Does an Apple Watch help you lose weight?

What do devices, like Apple Watch and FitBit actually do? Will they give you motivation to lose weight? Will they help you keep it off?

Let’s start with what they can track. The list is pretty impressive:

  • Activity (calories burned, steps taken)
  • Heart rate (intensity of exercise, resting heart rate, HRV)
  • Sleep (deep, REM, light, wake time, blood oxygen levels)
  • Personal metrics (resting metabolic rate, skin temperature, blood glucose levels, levels of strain and recovery)

But how does all of this affect your results? And how can you use it for motivation to lose weight?

Wearables are helpful for setting up your plan. Tracking your progress. Making decisions about when to change your plan. Let you know when you can push harder. Or when you need to pull back.

Sounds great. What’s the drawback?

They don’t make you follow through. And depending on how you interpret the data, can demotivate you and set the stage for a backslide.

You might selectively track data that doesn’t challenge you or move you forward. The numbers can become meaningless. Or a constant reminder that you’re not doing what you’re supposed to do.  

So what’s the difference between your Apple Watch or Fitbit helping you with the motivation to lose weight versus feeling like a nagging mother-in-law who thinks you’ll never be good enough for her baby?

The difference is your mindset. Why you decide to wear it. How you choose to think about the numbers. Intentionally viewing the data to motivate you. To provide the feedback you need to keep going. 

Another important note: The calorie burning info from wearables is inaccurate and incomplete. Even so, they provide a consistent measurement to use as a barometer for improvement. But don’t expect to measure calories in and calories out with any degree of success – I actually recommend NOT counting calories.

motivation to lose weight
Photo by Blocks Fletcher on Unsplash

Which wearable you use is less important than using it the right way. As data to inform your future decisions. Not to lament what you didn’t do.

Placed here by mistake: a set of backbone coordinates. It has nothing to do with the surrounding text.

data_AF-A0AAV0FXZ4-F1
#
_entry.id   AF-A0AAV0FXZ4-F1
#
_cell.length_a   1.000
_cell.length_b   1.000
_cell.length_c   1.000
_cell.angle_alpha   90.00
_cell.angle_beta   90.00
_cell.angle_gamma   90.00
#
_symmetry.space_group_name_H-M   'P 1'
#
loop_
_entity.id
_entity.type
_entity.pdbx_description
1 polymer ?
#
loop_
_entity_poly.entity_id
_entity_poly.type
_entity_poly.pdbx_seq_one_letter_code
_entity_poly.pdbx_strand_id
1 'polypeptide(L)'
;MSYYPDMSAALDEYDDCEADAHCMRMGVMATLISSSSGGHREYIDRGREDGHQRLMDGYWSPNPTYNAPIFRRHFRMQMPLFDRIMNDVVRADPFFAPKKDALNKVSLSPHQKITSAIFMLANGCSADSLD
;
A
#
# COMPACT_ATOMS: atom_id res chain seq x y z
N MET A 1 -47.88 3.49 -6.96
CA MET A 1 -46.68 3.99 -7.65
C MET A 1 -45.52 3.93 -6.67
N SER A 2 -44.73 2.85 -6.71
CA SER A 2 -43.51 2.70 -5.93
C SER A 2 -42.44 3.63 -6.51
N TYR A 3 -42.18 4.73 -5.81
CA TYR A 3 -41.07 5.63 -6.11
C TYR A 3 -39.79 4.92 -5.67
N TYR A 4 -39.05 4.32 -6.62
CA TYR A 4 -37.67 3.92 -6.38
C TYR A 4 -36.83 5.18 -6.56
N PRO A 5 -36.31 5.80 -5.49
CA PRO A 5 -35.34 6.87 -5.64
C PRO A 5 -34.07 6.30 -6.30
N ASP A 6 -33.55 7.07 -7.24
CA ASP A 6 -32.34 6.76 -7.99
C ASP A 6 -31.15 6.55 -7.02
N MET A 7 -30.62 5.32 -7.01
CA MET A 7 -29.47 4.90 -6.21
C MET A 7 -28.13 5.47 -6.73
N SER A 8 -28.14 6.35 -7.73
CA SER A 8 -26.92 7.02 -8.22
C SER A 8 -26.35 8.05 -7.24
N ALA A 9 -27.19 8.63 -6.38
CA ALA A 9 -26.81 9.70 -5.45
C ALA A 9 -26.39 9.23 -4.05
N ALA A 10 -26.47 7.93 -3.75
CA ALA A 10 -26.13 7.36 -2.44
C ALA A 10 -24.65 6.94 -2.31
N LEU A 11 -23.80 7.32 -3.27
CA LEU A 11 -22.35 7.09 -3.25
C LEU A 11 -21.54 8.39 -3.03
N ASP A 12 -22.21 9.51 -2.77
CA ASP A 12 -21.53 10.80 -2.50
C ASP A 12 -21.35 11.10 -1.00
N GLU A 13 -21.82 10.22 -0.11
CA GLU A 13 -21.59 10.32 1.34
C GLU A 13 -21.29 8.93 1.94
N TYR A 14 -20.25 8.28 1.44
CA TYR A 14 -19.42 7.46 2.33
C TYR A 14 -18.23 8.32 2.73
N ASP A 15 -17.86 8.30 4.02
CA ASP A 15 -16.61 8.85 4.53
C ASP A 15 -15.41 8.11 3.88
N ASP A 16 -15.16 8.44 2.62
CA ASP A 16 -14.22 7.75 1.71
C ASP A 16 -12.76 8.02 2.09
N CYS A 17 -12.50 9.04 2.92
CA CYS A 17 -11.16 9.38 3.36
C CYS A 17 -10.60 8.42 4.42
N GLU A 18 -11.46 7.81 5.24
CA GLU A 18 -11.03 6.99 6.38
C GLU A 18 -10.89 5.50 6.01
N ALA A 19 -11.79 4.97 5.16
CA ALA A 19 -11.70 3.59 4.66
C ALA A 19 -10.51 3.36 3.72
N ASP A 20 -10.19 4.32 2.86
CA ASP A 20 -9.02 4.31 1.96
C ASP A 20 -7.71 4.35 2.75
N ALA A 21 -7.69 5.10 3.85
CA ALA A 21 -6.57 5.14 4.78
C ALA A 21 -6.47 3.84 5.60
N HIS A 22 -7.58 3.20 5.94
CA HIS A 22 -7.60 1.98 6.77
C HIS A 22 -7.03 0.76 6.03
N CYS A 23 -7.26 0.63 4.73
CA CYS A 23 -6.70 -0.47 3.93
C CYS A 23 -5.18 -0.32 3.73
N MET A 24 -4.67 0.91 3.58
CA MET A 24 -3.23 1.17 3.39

Set yourself up for success. When you create your plan, use your wearable to get a baseline (i.e., look at what you want to track and then measure where you are right now). Don’t make the mistake of jumping right into setting goals and tracking info without a true look at your current habits. That can lead to your desire outstripping your capacity.

Then set your goal and track the info. If you use the data correctly, it can help you follow through consistently. That’s how your wearable becomes motivation to lose weight.

Only 9 min, 53 seconds to go

It was one of those workouts. I wanted to stop but had noticed lately that more and more of my workouts ended at 20-minutes. I needed to push through, not make excuses.
It was one of those workouts. I wanted to stop, but lately my workouts had become shorter. I needed to push through, and stop making excuses.
Do you ever get out of your healthy routine, justifying it with the better-than-nothing argument?

I’m all about squeezing in what you can in the time you have. That’s different. If I was honest, I’d been slacking.

What’s the difference between letting yourself off the hook when you need it and making excuses when you don’t feel like doing something? It’s blurry sometimes, right?

Three possible answers come to mind:
Self-compassion: maybe you realize you’ve been pushing too hard or your body is simply saying “enough” right now. Or maybe it’s one of those days where you don’t make the healthiest of choices and you forgive yourself and move on. You’re human, it’s okay. Tomorrow is a new day.
Honesty: you admit that you’ve taken your eyes of the prize and you’re no longer focused on the bigger picture. It’s possible that your motivation was external and you need to build an internal bias towards healthy habits. Or, you realize you don’t want it as much as you thought you did.
You’re in a rut: I mean, how many walks around the same neighborhood can you take, right? Your routine is stale, your food choices have become dull. You still really want to achieve your goals but you’re bored out of your mind.

Given our culture of pushing to succeed without regard to personal needs, being kind to ourselves feels like we’ve gone soft. But there’s a great deal of study on the benefits of self-compassion. One way to think about it is to ask yourself, “how would I treat my best friend in this circumstance?” Go and do likewise for yourself.

Honesty is a tricky one. It’s easy to blame external circumstance (one’s schedule, family dynamics, the weather…). For me, my strategy of fitting in what I could turned into shorter workouts as a habit rather than a necessity. Once I recognized it, I was back to it. That was easy. But if circumstances have changed, internal or external, that’s a deeper dive. Get support.

The easiest one of these to accept, and correct, is the rut. Get creative with your exercise and food choices. Track your results and compete with yourself. Using something like the Polar M430 gives you tons of data and even comes in orange! (Okay, I may be the only one excited by that.) Or maybe you just need a week of active rest, completely out of your norm but still moving a lot.

So when you find yourself slacking, ask yourself a few questions. Once you identify what’s really going on you can determine how to move forward.

It feels good to have answers (and a plan!), rather than make excuses.

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